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The Changing Face of Parenting with the Generational Gap

A generation gap is defined as a divergence in values and attitudes between generations, particularly between young people and their parents. Because of their disparities in experiences, perspectives, habits, and conduct, older and younger individuals are unable to understand each other.

Parenting might sometimes feel like a tight-rope walk, especially with the ever-widening generation gap. Unfortunately, the generational gap has cumulatively increased over the years and has created a vacuum for misunderstanding.

Looking through the Generational Gap

The generational gap has left many parents baffled by their challenges, dynamics, and impact on them. This gap often leads to strained parent-child relationships, lack of familial cohesiveness, and surging resentment towards parental figures. But the responsibility to bridge the gap lies mainly with the parents. 

Parents often fail to understand that their children are born in an era completely different from theirs. Teenagers of the current age are self-concerned, spend a considerable amount of time exploring themselves, their surroundings, continuously discovering and challenging themselves in the process. This makes the current generation more considerate and accepting of new ideologies, making them intellectually more flexible and adapt to changes.  

The new generation doesn’t like to live by rules; instead, they love to enjoy their freedom. Hence they find rules imparted by parents based on dogma as restrictive to their growth. On the other hand, parents view this openness to novelty as reckless, irrational, and deplorable. Parents hold themselves accountable for implementing ‘tried and tested’ methods of their times to rare their children. While this ‘tested way of living’ might not suit current contexts, parents frequently find it challenging to acknowledge.

How to handle the generational gap as a parent?

Parenting styles have remarkably changed to suit the new generation’s needs. Parents have dropped their dominant stance and are more amicable with their children now. They have resorted to authoritative parenting styles more often as a successful way to rear children than the stringent parenting patterns often used in the past to impart discipline to children.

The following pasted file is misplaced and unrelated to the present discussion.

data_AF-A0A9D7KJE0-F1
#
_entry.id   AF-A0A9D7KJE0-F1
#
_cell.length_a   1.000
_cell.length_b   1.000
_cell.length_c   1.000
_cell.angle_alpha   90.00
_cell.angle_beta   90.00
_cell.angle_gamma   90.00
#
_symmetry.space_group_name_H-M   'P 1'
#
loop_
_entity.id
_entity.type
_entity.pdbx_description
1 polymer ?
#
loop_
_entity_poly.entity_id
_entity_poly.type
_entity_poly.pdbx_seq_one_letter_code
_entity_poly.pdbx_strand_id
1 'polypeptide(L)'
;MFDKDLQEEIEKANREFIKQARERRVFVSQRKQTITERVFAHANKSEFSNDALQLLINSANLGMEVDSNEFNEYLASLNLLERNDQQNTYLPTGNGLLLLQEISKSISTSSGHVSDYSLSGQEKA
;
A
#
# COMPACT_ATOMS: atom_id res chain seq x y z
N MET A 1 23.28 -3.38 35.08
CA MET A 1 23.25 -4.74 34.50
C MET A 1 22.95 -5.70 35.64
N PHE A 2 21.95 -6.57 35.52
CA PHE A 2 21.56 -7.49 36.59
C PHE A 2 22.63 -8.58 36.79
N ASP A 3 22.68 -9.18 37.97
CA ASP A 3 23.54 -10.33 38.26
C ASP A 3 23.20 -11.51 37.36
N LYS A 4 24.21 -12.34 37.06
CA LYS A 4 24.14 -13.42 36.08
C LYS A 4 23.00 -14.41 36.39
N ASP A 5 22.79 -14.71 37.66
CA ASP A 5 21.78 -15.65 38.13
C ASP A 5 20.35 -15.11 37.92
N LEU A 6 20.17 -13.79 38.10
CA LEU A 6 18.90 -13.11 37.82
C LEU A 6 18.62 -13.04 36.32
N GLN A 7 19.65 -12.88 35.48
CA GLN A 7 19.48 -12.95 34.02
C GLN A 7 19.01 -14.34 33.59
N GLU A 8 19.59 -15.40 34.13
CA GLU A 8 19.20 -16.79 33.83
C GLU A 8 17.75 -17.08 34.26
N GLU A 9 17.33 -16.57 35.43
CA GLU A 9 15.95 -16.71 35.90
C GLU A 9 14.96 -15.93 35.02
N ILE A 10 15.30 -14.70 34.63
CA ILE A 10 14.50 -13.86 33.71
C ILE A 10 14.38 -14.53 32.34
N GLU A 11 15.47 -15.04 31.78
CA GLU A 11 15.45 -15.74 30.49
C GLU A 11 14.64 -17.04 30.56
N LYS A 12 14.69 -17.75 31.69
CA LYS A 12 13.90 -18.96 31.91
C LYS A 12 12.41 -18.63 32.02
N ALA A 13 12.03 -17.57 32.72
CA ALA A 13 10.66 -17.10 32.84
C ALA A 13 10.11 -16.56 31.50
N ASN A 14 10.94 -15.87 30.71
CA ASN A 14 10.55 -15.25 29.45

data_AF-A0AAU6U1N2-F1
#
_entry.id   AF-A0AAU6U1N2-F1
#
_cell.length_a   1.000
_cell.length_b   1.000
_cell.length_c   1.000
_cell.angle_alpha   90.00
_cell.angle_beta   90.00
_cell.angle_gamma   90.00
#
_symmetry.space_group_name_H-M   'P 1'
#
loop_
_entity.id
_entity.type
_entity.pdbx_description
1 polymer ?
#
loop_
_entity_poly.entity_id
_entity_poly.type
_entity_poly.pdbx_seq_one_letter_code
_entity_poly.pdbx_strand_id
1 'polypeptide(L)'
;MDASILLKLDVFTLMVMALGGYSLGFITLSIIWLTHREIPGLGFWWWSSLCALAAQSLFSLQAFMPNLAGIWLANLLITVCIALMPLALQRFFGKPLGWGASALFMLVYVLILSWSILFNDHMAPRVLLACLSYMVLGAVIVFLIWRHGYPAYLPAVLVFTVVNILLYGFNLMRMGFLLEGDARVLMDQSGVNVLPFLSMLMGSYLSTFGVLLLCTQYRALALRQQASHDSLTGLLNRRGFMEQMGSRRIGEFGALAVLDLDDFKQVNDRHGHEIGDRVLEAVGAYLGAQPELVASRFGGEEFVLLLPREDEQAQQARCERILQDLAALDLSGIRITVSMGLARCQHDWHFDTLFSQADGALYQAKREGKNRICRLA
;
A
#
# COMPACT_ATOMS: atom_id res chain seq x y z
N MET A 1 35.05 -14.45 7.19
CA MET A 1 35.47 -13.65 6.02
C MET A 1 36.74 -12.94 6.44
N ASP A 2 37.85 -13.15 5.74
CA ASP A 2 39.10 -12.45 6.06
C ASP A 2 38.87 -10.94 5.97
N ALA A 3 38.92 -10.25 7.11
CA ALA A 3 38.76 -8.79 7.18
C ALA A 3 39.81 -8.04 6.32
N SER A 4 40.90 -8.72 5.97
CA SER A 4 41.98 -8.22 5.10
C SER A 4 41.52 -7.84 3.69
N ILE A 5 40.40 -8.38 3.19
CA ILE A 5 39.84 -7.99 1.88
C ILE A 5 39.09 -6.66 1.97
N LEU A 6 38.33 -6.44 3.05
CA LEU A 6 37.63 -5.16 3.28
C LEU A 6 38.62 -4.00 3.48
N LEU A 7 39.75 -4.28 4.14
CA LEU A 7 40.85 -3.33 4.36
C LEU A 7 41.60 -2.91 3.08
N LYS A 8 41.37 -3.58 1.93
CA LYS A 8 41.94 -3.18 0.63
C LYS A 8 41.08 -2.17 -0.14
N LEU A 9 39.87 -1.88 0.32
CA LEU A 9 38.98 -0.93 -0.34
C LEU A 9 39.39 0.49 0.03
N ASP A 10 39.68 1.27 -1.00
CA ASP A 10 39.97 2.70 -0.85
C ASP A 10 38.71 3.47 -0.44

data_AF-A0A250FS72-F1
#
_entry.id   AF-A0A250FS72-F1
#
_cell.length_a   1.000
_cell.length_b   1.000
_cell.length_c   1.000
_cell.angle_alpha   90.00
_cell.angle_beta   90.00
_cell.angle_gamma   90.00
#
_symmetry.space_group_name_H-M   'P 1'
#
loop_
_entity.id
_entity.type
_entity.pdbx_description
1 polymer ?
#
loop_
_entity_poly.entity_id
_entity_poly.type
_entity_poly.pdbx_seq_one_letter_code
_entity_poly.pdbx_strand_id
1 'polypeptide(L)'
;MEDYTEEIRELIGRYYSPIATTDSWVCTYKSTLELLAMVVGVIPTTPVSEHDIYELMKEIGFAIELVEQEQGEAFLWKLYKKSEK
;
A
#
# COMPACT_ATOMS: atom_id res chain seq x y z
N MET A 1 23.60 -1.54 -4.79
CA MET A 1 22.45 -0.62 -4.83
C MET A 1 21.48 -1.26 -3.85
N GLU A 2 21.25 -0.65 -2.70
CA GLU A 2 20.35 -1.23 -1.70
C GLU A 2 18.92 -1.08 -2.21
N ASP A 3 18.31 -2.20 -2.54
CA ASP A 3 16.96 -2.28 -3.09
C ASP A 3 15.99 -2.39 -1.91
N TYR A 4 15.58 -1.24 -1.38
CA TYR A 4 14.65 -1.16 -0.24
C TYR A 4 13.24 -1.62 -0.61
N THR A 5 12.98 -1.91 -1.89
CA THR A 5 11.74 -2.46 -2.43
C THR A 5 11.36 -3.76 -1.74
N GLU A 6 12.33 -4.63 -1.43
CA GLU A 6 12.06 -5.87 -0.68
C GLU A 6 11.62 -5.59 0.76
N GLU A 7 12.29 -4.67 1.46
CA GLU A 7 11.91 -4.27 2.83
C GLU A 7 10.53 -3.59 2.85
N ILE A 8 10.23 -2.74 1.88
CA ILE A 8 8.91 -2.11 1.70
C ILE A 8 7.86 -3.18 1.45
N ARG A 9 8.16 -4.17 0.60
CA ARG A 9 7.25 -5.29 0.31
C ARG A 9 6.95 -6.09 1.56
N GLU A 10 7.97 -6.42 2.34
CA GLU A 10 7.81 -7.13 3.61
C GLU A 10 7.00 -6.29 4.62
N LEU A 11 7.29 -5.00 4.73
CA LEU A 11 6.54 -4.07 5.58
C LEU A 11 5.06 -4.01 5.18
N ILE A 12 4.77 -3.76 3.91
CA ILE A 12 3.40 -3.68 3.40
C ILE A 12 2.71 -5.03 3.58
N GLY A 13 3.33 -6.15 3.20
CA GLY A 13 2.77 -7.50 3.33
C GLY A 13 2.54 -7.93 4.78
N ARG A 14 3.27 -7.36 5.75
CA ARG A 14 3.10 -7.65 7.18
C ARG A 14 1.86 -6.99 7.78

Here are a few tips that can help relax generational conflicts with your children:

The belief that children are an extension of you and have to replicate you needs to be viewed under the lens of introspection. As they grow, you should start treating them as independent individuals with unique thoughts, dreams, desires, belief systems, and ideals that might not reflect yours. They are not your replicas so try to accept them as they are. 

  • Empathize with them because they are living in an era with an array of complications and challenges completely different than yours.
  • Avoid making comparisons with ‘your times’ and ‘their times’. Times are different, hardships are new, and they need intelligent solutions. As you share your struggle in your time, understand and communicate their struggles as it helps build the bond and emotional connection with your children.
  • The current generation is open-minded, robust, emotionally inclined, self-focused, and they need your acceptance, love, and appreciation to flourish. Therefore,  you should try to understand them.
  • Maintain transparency and trust by keeping communication short, straight to the point, and straightforward. Listen more and share opinions rather than burdening them with yours.
  • The age difference between parents and their children will be persistent. They cannot erase the age difference but can reduce the generation gap with understanding. 

Communicate your concerns more often but do not weigh down your insecurities on them. Remember, your children need your support without feeling suffocated.

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